Friday, February 02, 2018

Podcast Roundup Week #5

This week I listened to 53 episodes.  For non-podcast listening people, my recommendation is that you read Glen Wheldon's introduction to "It's All in Your Head: The One-Way Intimacy of Podcast Listening." Basically, the advantage of podcast listening is just how much you feel like you're friends with the people on the podcasts. You develop relationships with them. It's absolutely one-sided, of course, but that love, that friendship, it feels real. It's also a reminder that there are smart people out there who actually talk to one another.

Today, I'm going to look at the good, the bad, and the ugly of my podcast roundup for the week.

The good:

The podcast Deliberations is a strange semi-scripted audio drama. The creator, Chelsea Cox, writes a hypothetical legal scenario and some courtroom scenes to go along with it. She then gives actors short bios about characters they should play and we listeners spend most of our time in the "jury room," listening to the jury attempt to arrive at a verdict. The first season centered around the death of man who was role-playing for his dominatrix girlfriend as the girlfriend was charged with murder.

I like the bits of the podcast that deal explicitly with the jury. I do not much care for the interviews or jury breaks (especially with this oddly obnoxious lawyer Jessa Nicholson Goetz), so I would recommend just listening to the full-length episodes and skipping the rest. 

It's an interesting look inside the jury box. I have served on a jury, but it wasn't a particularly thorny or interesting legal question. It's fascinating to hear the "jurors" on this podcast grapple with language and analogies and really try to get into the minds of the people involved in the case. It was also a really good look at group dynamic and shifting allegiances. Listening to people have to really question (or not!) their own values and assumptions was surprisingly intimate.  You sort of forget that the actors are playing characters.  I haven't yet delved into season 2, but the first season was quite good and I do highly recommend it.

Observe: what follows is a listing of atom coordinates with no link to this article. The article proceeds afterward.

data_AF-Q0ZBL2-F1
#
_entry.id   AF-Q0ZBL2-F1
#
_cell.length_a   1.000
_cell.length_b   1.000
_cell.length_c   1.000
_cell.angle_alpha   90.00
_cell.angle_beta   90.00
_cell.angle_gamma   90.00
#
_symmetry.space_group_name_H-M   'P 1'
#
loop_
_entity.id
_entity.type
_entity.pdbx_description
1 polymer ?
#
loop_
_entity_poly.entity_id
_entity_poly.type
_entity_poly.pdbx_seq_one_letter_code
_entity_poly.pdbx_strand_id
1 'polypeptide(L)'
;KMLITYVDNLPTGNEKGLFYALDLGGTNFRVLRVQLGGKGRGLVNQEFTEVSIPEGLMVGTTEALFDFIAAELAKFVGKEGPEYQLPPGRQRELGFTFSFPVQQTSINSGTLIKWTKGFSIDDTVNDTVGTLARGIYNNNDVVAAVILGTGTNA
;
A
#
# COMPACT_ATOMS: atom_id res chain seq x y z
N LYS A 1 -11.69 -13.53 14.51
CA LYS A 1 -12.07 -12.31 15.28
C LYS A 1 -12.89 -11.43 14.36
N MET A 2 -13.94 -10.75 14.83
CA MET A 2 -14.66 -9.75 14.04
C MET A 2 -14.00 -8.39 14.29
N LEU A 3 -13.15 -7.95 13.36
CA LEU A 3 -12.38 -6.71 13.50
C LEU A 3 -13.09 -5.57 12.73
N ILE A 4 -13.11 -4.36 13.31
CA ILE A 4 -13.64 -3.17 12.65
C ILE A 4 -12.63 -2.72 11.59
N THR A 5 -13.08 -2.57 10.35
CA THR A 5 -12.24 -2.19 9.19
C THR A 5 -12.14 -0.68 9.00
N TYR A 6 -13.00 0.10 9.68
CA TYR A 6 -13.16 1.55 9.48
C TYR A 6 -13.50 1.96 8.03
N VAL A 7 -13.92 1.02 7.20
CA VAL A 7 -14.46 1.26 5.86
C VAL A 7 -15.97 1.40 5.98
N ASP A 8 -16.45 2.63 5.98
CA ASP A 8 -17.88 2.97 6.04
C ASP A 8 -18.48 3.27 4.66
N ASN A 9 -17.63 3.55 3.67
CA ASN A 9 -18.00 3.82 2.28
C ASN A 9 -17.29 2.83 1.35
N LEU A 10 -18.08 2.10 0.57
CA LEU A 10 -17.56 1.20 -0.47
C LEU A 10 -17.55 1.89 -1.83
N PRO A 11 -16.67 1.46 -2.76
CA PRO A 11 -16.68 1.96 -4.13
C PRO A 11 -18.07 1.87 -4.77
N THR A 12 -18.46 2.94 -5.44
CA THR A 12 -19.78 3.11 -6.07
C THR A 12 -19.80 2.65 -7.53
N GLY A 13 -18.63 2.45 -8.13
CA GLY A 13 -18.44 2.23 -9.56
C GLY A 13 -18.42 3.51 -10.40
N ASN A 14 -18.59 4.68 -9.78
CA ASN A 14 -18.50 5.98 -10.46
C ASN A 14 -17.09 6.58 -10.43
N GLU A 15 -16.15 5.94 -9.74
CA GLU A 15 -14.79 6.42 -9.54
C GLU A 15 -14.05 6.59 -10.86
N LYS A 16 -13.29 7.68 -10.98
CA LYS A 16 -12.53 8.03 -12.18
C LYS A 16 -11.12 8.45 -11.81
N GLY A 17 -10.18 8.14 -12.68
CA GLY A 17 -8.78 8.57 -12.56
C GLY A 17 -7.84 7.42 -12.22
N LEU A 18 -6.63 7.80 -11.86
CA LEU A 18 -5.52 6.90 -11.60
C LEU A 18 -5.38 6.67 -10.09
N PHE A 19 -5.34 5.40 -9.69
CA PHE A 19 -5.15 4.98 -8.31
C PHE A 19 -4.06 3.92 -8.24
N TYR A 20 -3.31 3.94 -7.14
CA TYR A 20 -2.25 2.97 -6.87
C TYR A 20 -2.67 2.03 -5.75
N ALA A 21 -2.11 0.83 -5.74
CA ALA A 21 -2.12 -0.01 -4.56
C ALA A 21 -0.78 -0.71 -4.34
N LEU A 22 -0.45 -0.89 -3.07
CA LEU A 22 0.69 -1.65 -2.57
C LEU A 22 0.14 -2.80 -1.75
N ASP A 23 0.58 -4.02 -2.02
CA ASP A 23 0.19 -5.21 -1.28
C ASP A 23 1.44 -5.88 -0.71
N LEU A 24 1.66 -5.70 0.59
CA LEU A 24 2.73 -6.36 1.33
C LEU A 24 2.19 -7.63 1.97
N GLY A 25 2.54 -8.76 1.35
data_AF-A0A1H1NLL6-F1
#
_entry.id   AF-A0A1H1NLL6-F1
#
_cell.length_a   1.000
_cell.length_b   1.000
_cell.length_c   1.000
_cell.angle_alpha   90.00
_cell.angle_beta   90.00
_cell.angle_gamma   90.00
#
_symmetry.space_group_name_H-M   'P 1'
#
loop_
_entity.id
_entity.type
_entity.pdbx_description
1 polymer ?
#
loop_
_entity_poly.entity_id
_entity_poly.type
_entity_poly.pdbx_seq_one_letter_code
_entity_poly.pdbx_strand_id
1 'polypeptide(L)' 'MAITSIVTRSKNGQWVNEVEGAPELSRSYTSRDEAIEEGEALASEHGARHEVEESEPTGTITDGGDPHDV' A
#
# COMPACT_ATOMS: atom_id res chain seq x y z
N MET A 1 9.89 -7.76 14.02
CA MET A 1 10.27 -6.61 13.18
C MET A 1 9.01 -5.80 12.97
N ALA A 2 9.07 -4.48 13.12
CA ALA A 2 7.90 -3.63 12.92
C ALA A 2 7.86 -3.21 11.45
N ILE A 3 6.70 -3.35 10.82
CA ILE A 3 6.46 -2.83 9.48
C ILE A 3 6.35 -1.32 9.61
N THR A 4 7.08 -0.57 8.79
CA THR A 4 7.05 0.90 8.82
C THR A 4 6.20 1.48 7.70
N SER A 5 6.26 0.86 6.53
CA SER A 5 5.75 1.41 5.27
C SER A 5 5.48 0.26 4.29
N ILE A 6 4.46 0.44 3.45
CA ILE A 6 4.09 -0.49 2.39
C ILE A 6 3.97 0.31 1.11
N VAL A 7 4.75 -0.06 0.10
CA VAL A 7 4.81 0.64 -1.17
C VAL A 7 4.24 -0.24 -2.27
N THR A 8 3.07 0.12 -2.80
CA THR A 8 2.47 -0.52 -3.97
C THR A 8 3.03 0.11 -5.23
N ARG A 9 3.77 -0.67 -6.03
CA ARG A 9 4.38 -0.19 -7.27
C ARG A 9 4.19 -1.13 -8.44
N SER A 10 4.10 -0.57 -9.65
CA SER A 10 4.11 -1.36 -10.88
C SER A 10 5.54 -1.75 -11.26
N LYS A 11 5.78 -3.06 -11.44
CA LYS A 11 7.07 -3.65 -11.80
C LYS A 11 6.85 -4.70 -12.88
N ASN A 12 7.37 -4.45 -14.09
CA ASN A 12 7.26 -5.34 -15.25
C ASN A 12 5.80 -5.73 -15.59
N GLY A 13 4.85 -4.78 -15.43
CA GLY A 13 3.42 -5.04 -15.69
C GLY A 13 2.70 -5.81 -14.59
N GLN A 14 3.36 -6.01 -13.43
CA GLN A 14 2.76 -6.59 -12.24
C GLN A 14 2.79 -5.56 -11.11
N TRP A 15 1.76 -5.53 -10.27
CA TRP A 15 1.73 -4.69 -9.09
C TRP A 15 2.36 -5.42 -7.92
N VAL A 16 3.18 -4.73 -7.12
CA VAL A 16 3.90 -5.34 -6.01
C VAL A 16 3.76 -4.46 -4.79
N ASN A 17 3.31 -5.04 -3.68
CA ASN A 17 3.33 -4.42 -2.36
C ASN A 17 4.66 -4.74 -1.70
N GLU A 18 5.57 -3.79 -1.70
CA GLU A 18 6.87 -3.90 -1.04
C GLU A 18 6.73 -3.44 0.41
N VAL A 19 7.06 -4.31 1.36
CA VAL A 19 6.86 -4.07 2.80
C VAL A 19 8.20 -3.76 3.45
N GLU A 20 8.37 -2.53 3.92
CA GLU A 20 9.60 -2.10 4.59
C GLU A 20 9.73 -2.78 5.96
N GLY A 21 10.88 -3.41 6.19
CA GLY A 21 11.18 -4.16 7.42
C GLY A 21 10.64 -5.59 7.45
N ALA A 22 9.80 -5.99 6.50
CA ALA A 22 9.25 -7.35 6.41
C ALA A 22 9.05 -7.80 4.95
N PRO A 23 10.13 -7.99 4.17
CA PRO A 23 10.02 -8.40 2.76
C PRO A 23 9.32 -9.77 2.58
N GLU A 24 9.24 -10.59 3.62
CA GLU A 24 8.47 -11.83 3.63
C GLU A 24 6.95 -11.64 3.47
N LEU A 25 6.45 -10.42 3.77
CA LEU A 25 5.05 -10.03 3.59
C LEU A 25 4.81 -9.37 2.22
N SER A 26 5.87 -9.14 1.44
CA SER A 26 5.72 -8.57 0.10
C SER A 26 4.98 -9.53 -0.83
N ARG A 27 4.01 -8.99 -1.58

The bad:
The first season of the podcast Suspect Convictions was quite good. It looked at a case of child murder from the 1990s. It was tightly told and held my attention quite closely.

This second season is a mess. It's terrible. It feels like it's attempting to be like Serial, full of tangents and dead-end roads, but instead, after an initially awfully confusing attempt to explain the case, it's just rehashing the same five facts all the time. This season is also full of episodes with roundtables with other podcasters (some of whom I like on their own shows!) who have absolutely nothing to add to the case, letters from people that are incredibly boring, and it just seems loose and unscripted in a disorganized way. I think you can easily skip this season.

The ugly:
Generally speaking, I think Fresh Air is the podcasting equivalent of Old Faithful. It's not necessarily the most exciting podcast, but it's usually mostly interesting, respectful, and well done. Terry Gross is maybe just a bit more preoccupied with death than I am and Dave Davies is obviously not actually interested in many issues not related to being a white man, but overall, the guests are interesting and the hosts get out of the way. 

I think there must have been some incredibly bad editing for the episode "Little Rock Nine Member Melba Pattillo Beals" because whoa boy did Davies come off looking like a major jerk. At one point, he asks Beals about the physical abuse she suffered as she was one of a few black students integrating Central High School in Little Rock. When she starts to talk about how the emotional abuse was actually worse, the day to day wearing down on her, he cuts her off and goes back to the physical abuse line of questioning. As I was listening, I wanted to scream at him to let her talk. I was interested in her responses about the emotional impact it had on her, but far less interested in the stories of hair pulling, glue on the seat, and things being thrown at her. It sounds like the emotional stuff was more important to her, too, but not to Davies.

I'd like to think this was just a poor editing decision and that Davies did not actually do it this way.  I like to imagine he let her tell her stories and explored her feelings and then rerouted the questioning back.  This is actually why I didn't immediately unsubscribe. But, be forewarned, Fresh Air, I've got my ears on you and I will stop listening if this becomes a pattern (like Fresh Air, which has to be one of the top podcasts in the galaxy, cares if I stop listening).

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